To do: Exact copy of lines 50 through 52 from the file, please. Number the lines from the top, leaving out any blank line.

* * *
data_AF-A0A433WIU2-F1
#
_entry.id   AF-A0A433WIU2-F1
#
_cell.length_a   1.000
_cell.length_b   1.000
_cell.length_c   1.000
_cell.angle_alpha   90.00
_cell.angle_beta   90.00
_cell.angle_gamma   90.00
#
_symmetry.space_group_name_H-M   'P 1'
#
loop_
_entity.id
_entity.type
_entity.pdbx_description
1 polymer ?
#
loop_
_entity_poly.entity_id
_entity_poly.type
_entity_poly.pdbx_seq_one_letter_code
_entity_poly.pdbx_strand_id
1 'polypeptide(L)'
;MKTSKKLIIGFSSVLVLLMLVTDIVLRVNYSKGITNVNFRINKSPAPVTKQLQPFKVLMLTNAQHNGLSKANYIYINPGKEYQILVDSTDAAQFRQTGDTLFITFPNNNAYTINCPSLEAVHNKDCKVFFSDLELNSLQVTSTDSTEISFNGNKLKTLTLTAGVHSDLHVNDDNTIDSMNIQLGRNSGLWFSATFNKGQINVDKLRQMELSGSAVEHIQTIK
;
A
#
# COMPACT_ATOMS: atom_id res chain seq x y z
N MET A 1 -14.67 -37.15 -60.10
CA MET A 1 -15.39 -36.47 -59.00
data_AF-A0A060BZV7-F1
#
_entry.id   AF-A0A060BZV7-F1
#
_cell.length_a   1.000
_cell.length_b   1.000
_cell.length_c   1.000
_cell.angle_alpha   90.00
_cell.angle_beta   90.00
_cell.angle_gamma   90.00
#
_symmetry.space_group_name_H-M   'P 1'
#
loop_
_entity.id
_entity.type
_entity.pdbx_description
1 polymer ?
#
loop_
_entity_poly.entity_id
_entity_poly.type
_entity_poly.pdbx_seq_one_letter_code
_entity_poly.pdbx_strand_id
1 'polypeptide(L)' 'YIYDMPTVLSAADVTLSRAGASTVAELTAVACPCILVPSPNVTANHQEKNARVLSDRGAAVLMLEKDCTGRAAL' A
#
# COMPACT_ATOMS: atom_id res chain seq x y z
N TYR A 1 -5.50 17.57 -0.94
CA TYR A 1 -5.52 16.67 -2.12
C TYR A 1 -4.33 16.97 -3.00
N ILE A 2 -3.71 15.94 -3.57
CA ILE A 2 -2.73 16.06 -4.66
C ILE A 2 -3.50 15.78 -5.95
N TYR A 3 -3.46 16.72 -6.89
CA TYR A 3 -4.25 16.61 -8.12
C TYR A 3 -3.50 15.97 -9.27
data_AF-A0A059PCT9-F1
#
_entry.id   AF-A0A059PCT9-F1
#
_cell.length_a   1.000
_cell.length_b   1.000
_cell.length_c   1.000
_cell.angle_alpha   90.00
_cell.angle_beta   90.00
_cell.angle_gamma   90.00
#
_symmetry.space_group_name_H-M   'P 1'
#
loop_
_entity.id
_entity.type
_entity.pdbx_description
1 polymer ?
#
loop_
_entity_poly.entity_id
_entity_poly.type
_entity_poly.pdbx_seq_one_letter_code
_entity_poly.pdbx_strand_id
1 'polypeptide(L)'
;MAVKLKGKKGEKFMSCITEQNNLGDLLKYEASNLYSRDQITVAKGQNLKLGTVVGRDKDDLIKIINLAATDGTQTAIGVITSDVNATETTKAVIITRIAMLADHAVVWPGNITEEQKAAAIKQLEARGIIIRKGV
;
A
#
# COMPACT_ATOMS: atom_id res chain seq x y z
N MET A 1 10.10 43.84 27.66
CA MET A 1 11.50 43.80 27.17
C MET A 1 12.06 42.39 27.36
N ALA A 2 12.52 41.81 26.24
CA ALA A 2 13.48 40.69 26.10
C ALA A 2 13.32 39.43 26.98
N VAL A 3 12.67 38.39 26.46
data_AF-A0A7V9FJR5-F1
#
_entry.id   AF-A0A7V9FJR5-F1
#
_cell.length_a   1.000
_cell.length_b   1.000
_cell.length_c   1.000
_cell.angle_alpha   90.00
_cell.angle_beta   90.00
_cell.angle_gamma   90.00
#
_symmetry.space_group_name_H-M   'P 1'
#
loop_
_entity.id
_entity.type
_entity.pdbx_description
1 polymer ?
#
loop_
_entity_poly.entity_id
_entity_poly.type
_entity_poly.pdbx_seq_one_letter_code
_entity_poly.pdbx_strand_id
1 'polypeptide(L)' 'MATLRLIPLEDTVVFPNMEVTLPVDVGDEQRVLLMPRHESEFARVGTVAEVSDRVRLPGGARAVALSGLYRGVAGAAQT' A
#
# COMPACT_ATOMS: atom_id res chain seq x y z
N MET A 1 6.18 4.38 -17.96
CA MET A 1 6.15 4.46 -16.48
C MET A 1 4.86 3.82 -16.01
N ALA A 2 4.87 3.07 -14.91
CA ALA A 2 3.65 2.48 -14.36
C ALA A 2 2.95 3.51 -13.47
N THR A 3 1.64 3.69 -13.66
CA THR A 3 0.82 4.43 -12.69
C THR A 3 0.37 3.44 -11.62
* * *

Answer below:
1 polymer ?
#
loop_